Agronomy service one of ENR’s strengths ENR Distribution (ENR) is now up and running after a year of building. It has been an interesting chain of events on how the company got started. In the beginning, Sunalta Fertilizer started out like any other fertilizer company selling NPKS. Sunalta partnered with McRae’s out of Pincher Creek area, because of their agronomy strengths. After a number of soil tests in the area, they were astounded by the amount of problem soils we have in central Alberta. Two of the challenges were low pH and high aluminum and iron. A low pH soil e.g. 5.5 hinders efficiency up to 50 per cent of macro nutrients like nitrogen, phosphate and potassium. Aluminum is the biggest prob-
lem, as it stunts the roots and ties up phosphate, making it unavailable to the plant. So to counter those, we started using a pelletized Lime to increase the pH. That product can be blended with other fertilizers for seed blends. Because of its fine grind, it’s soluble and works right away. The other problem we have in the area is gumbo and alkali areas. These are caused by too much magnesium (Mg) and sodium (Na) and by adding pelletized Gypsum (CaSO4). It will loosen the soil and flush the Mg and Na off the clay colloid. The sulfur that’s mobile will carry the excess Mg and Na out of the root zone. One of ENR’s strengths is its agronomy service, which is backed by science and under-
stands how things work in the soil and the plants. We teach other dealers what the different products do and where to be used. Moreover, ENR is a distribution company that sells to fertilizer dealers. We want to make everyone accessible to fertilizers that make agronomic sense. There’s a lot of good agronomy recommendations out there, but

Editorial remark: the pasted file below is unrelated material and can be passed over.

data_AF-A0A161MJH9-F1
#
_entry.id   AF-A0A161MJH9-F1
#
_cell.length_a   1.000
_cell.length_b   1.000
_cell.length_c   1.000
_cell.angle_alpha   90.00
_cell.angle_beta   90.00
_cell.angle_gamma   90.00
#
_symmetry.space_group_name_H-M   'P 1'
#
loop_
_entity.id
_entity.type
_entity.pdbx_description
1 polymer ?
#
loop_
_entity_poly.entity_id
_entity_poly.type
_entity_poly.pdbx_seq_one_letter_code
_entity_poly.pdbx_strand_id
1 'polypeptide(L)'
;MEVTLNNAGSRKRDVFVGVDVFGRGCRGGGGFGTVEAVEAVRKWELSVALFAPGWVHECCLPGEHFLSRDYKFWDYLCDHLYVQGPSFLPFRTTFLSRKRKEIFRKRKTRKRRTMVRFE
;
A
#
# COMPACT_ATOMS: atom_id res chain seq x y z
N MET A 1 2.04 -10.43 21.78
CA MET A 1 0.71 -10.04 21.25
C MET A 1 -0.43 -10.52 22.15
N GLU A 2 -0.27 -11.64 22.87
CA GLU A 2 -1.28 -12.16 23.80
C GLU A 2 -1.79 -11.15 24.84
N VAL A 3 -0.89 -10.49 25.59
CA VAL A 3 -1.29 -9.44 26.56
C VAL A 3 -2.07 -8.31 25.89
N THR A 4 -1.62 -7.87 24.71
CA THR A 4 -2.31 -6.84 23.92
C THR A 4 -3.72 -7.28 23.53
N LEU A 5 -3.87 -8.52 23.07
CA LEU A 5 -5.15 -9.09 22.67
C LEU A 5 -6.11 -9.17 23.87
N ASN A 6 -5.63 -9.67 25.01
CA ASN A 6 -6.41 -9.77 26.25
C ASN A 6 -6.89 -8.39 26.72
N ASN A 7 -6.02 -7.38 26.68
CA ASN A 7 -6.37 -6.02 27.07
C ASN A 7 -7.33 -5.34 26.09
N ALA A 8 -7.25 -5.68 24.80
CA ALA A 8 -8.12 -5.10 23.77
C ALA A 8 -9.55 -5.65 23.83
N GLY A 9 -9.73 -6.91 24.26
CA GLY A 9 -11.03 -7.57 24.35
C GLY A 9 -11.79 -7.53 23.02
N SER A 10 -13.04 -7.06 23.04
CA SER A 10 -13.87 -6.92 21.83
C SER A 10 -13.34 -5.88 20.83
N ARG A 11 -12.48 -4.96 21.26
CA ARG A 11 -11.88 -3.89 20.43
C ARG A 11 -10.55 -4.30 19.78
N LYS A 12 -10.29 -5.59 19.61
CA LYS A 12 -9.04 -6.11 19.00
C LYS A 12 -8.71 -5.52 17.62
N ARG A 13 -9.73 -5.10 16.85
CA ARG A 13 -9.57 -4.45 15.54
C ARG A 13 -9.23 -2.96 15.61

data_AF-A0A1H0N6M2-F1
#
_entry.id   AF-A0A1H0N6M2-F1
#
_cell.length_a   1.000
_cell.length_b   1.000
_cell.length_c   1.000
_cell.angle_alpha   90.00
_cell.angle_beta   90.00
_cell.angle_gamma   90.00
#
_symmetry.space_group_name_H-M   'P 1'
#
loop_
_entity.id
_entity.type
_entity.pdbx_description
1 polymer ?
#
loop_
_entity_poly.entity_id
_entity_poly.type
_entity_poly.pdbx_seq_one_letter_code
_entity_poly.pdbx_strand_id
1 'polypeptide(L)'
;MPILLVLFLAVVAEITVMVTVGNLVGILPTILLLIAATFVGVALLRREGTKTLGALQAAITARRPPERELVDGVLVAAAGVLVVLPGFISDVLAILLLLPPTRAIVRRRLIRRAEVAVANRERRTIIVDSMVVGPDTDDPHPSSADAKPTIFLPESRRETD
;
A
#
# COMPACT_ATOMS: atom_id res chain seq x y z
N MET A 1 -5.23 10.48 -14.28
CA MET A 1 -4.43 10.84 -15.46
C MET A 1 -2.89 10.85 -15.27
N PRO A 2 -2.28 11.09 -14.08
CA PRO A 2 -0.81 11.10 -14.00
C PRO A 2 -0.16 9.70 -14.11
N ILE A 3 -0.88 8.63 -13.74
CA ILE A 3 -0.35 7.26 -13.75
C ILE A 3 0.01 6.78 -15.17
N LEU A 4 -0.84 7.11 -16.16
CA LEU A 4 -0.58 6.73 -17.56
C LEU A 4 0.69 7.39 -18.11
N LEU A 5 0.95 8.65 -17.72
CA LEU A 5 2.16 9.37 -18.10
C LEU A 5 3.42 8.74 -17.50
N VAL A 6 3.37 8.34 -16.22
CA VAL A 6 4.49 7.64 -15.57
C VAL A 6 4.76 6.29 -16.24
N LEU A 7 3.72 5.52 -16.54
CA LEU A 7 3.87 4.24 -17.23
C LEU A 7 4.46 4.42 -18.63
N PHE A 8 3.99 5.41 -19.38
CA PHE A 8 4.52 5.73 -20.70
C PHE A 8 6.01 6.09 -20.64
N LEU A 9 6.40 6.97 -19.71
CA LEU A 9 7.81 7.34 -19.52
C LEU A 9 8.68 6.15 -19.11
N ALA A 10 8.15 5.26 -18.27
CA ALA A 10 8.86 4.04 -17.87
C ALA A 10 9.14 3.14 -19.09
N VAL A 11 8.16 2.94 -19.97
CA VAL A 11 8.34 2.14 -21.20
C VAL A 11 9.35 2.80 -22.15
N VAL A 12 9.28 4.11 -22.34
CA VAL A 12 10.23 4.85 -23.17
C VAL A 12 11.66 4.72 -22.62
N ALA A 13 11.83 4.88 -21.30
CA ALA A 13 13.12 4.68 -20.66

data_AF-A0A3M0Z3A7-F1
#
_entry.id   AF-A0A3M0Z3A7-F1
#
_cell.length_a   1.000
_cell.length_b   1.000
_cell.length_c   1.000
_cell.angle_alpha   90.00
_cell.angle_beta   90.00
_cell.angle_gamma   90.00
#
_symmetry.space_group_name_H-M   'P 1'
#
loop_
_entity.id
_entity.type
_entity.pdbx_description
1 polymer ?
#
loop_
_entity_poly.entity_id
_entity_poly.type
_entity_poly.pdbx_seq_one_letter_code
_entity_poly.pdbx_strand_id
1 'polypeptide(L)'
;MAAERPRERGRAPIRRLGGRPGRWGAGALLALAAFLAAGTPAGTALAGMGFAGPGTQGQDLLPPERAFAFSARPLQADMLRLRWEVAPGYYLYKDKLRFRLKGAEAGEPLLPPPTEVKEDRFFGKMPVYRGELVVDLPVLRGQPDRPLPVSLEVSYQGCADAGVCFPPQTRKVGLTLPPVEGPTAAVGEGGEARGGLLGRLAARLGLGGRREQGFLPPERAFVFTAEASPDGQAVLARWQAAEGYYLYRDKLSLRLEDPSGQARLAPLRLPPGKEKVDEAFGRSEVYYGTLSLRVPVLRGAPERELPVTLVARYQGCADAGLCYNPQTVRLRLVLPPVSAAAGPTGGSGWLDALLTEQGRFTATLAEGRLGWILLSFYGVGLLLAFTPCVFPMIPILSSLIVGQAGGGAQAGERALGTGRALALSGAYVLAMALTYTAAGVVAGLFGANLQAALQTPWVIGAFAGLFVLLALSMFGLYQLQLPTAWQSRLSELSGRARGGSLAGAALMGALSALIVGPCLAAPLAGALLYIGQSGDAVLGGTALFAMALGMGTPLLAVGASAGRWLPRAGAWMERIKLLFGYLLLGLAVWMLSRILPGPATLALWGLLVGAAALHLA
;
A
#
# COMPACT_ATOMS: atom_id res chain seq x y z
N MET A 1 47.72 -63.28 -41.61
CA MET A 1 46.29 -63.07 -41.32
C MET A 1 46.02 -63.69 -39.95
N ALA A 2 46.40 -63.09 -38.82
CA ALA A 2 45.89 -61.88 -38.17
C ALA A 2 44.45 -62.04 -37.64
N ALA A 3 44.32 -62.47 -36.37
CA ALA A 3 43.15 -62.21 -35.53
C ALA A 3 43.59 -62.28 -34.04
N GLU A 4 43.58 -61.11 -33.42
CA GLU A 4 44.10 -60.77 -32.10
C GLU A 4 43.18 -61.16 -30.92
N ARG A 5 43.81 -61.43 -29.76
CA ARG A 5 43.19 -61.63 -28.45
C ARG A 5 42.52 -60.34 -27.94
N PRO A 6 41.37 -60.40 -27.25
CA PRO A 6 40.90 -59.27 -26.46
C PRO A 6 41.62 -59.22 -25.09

the dealers can’t find the products or don’t know what they are used for. Through ENR, any dealer can buy our products or even blends at a wholesale price. ENR Distribution is set on rail to unload cars at the rate of 200/ mt per hour. Our shed will hold 7000/mt when filled. Right now, we’re impregnating micronutrients onto our calcium products. By do-
ing that, we can reduce the cost by as much as 75 per cent. The impregnation system is capable of running at up to 1/ mt/min. No one else in Canada has the ability or the products to make these blends. ENR is driven by the needs of your agronomist and what they see missing is what ENR brings in for its dealers.
McRae Holdings Fertilizer Company has all the fertilizers to accommodate soils in this growing area! Stop wasting money on expensive salts and start helping out the plants you are growing. We carry low salt fertilizers and products to remediate problem soils. McRae’s carry these types of products: a) Pelletized Lime calcium carbonate used to increase PH
d) 0-0-22-22-11 K/mg excellent source of MG as well as K and S
b) Pelletized Gypsum calcium sulphate used on heavy sticky land and alkali areas
e) 16-20-0-13 Good source of P and S
c) 0-0-52-17 SOP Low salt index safe in seed row
g) 46-0-0, 11-52, 0-0-60, for general use
f) Hamates excellent nutrient for waking up depleted soils
MICRONUTRIENTS Baron, Copper, Magnesium, Manganese, Zinc Some of these can be impregnated onto our calcium products decreasing the cost substantially!
Want to grow a bigger crop? It all starts by balancing its nutrients!